2017 and beyond: Shift toward pooled funds
At the same time that the ICO craze took off, protocol developers began to adapt the peer-to-peer focus of the DeFi movement to one relying more on pooled funds. This might be thought of as a “user-to-contract” approach, since users would no longer directly interact with other users but rather would engage with smart contracts themselves.
One of the most popular protocols to utilize this approach was Uniswap, which launched in 2018. It utilizes liquidity pools and automated market makers to facilitate the exchange of any ERC-20 token and to offer users an incentive reward by adding liquidity to the market for those tokens. Uniswap remains one of the major DeFi protocols today.
Compound was another protocol to emerge in 2018 and which helped to build the lending protocol space. However, it could be argued that Compound became most influential for the broader DeFi movement only in 2020, as we’ll see below.
2020: Market crash
Early in the COVID pandemic in March 2020, the price of ETH crashed, plunging by about a third in just a day. The dramatic price volatility led to a rapid increase in gas fees and liquidations, which in turn led to shortfalls for Maker. Maker created and auctioned additional native tokens in response.
2020: Rapid growth
Later in 2020, a number of factors led to the rapid growth of the DeFi space. First, Compound launched COMP tokens mid-year, providing an additional incentive for users to borrow and lend through this system and helping to bring about the controversial but popular practice of yield farming, in which users rapidly borrow and lend different tokens in an effort to achieve the best yields.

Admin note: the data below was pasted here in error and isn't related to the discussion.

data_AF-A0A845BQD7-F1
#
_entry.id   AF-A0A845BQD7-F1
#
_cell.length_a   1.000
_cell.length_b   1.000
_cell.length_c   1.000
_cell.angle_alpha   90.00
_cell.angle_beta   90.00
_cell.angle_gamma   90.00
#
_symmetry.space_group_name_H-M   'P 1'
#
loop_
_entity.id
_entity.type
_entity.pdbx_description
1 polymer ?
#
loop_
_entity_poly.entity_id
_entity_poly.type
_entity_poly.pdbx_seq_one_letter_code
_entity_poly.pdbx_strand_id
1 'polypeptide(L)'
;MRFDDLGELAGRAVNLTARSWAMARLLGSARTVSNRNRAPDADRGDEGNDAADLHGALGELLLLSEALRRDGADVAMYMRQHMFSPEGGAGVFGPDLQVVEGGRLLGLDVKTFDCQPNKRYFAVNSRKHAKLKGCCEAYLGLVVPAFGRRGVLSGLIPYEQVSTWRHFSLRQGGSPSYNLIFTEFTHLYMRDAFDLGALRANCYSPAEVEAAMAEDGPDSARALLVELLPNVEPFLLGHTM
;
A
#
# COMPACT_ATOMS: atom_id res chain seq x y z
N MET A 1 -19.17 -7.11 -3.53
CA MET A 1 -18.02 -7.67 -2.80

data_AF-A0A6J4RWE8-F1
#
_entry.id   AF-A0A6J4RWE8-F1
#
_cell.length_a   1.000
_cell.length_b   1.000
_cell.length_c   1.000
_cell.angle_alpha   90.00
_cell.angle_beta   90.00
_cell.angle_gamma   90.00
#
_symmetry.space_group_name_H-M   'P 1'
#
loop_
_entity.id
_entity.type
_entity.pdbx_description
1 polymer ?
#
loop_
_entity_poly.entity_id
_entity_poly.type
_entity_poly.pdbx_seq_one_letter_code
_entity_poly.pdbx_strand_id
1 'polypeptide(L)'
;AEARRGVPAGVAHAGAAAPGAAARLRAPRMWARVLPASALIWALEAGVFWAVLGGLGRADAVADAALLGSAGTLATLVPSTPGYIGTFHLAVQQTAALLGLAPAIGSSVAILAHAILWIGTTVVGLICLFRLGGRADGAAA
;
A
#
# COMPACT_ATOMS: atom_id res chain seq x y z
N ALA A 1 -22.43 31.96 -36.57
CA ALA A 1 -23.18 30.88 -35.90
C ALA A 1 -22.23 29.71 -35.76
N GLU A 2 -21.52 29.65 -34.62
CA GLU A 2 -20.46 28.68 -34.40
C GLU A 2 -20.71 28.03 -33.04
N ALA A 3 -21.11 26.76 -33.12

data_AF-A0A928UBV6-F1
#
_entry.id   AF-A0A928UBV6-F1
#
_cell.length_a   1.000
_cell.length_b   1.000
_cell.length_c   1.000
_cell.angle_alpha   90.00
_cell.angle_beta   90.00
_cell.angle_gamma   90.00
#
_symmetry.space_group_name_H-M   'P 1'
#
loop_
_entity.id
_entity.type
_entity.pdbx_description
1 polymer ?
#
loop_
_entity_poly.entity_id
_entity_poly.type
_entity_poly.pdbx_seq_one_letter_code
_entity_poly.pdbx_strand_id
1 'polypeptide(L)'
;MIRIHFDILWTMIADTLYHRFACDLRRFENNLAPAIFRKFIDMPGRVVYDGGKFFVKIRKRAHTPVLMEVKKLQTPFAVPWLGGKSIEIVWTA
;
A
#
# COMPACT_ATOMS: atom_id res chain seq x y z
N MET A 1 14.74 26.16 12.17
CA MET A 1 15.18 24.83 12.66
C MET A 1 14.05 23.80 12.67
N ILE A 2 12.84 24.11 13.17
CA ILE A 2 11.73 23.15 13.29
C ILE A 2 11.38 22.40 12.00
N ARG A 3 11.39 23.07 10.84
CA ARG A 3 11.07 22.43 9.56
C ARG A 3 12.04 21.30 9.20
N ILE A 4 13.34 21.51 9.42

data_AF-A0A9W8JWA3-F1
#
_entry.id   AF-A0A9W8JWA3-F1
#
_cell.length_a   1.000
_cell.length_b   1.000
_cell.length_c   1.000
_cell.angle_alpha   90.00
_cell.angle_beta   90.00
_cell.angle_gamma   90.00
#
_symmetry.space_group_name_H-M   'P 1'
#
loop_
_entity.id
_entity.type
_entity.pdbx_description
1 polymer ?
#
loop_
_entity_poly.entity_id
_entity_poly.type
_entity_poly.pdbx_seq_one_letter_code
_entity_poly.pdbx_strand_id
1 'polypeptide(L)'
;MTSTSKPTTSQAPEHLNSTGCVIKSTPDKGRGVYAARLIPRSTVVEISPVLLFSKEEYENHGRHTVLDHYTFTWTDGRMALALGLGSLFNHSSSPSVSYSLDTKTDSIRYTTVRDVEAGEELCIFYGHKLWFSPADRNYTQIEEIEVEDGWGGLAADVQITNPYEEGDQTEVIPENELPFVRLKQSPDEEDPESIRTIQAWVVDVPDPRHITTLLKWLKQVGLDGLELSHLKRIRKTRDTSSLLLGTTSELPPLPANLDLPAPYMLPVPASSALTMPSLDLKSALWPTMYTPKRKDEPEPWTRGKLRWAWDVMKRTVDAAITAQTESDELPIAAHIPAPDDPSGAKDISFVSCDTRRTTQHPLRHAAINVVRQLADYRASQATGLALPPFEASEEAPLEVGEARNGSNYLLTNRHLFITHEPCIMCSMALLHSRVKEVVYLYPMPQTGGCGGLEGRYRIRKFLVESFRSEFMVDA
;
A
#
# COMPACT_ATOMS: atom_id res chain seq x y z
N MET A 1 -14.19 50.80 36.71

COMP also allowed users the ability to participate in governance of the Compound protocol, further decentralizing authority and inspiring many subsequent protocols to adopt similar rules.
Other crucial developments for DeFi in 2020 include the advent of Yearn, which switches between different DeFi lending protocols to achieve gains, and SushiSwap, which attempts to gain liquidity from other protocols by incentivizing providers of liquidity with its own native tokens.
After 2020: Rising and falling
Since 2020, new protocols have continued to launch, and the DeFi space has seen interest and values rise and fall along with the larger crypto industry. More and more DeFi protocols are launching on non-Ethereum blockchains, attempting to take advantage of improvements that have been made to the preexisting smart contracts format. While it remains to be seen how successful DeFi will be going forward, interest in this movement has climbed rapidly in just a few short years.
- DeFi owes its existence to the launch of the Ethereum blockchain in 2015 and the rise of smart contracts.
- Some DeFi protocols, such as MakerDAO, were in development as early as 2014.
- Decentralized exchanges like EtherDelta emerged in 2017 alongside ICOs.
- Compound launched in 2018, setting the stage for new approaches to protocol governance and new incentive systems with the release of the COMP token in 2020.
- DeFi saw some of its earliest stress tests with the start of the pandemic in 2020, as values plunged.
- In the last two to three years, new protocols have continued to launch, particularly on non-Ethereum blockchains.